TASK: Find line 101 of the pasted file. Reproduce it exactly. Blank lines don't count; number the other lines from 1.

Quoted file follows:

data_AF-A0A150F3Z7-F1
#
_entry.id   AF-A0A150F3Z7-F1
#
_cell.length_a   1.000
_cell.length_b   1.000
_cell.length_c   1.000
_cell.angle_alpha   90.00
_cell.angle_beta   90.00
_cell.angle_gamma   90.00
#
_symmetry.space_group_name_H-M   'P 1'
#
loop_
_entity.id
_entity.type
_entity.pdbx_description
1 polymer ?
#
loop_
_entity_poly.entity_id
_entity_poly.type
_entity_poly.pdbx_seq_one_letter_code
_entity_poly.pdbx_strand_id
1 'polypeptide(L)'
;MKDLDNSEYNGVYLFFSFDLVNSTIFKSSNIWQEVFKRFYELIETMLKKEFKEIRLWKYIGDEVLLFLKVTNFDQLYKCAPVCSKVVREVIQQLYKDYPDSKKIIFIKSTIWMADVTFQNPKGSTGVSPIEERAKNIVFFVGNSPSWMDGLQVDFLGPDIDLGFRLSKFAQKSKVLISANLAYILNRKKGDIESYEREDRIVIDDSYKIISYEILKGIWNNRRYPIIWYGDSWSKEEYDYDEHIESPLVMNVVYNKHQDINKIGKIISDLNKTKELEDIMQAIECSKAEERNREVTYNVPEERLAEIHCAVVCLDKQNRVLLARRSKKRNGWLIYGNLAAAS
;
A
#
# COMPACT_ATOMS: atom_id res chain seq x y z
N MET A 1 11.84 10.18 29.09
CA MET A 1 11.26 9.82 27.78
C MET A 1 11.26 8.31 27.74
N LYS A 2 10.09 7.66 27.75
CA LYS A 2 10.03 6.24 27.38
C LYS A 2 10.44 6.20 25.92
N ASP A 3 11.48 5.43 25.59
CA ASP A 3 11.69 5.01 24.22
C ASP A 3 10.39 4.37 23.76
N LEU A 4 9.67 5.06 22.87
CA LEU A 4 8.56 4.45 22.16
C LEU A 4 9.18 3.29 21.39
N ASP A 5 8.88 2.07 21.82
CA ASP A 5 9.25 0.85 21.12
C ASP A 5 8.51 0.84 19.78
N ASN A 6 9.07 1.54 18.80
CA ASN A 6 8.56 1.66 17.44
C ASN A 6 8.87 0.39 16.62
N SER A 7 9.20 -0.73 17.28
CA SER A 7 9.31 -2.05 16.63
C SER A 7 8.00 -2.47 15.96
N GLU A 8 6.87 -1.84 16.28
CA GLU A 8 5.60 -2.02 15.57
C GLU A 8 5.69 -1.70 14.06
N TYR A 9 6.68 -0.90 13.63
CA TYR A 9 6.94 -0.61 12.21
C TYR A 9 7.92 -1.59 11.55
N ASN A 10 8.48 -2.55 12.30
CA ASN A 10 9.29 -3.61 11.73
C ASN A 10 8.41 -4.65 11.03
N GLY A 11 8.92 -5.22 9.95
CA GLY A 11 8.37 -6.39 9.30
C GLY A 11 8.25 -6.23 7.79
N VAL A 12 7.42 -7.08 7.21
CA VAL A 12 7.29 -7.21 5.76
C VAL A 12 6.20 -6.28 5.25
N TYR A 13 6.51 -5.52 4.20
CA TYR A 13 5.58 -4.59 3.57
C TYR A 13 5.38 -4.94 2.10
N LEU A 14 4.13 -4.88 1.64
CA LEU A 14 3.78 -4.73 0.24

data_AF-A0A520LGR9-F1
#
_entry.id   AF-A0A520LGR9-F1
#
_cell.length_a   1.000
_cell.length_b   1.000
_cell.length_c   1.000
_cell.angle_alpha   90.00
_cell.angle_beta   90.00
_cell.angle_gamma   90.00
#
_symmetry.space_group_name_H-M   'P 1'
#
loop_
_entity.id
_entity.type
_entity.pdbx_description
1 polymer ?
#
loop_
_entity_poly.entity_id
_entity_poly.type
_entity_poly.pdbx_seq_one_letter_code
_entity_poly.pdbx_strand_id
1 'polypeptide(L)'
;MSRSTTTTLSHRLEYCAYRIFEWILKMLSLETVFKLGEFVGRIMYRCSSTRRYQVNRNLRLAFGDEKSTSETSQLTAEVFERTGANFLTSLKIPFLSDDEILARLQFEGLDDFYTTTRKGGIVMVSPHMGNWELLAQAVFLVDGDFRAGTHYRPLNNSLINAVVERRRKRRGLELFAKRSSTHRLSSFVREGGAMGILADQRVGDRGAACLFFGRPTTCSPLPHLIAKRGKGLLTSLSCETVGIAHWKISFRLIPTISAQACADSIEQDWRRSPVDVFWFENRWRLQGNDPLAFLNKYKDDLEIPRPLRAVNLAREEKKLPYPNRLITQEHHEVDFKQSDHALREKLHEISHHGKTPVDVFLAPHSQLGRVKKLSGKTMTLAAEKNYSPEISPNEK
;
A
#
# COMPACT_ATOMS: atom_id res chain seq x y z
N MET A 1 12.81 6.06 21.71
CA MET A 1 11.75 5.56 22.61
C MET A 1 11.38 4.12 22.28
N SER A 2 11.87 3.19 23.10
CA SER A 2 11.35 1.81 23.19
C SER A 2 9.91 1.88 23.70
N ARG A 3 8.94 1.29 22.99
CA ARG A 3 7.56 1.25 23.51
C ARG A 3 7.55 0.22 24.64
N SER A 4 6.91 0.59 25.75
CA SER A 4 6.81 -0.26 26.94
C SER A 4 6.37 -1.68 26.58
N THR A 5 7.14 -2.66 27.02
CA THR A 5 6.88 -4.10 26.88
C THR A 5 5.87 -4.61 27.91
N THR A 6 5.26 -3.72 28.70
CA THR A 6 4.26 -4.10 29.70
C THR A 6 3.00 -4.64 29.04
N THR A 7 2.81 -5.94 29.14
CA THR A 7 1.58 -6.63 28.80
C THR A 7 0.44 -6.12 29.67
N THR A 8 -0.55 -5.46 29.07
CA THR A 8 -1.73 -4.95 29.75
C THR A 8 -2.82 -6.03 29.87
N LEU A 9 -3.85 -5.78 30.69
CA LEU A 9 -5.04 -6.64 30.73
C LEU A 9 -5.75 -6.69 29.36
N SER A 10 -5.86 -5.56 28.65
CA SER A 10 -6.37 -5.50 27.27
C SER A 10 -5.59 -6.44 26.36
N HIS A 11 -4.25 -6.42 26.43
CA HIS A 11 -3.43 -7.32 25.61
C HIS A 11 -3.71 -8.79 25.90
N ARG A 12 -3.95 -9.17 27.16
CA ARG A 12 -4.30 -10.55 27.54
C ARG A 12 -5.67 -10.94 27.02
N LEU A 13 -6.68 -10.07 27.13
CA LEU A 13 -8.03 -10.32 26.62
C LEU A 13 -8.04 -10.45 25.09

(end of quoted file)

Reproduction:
# COMPACT_ATOMS: atom_id res chain seq x y z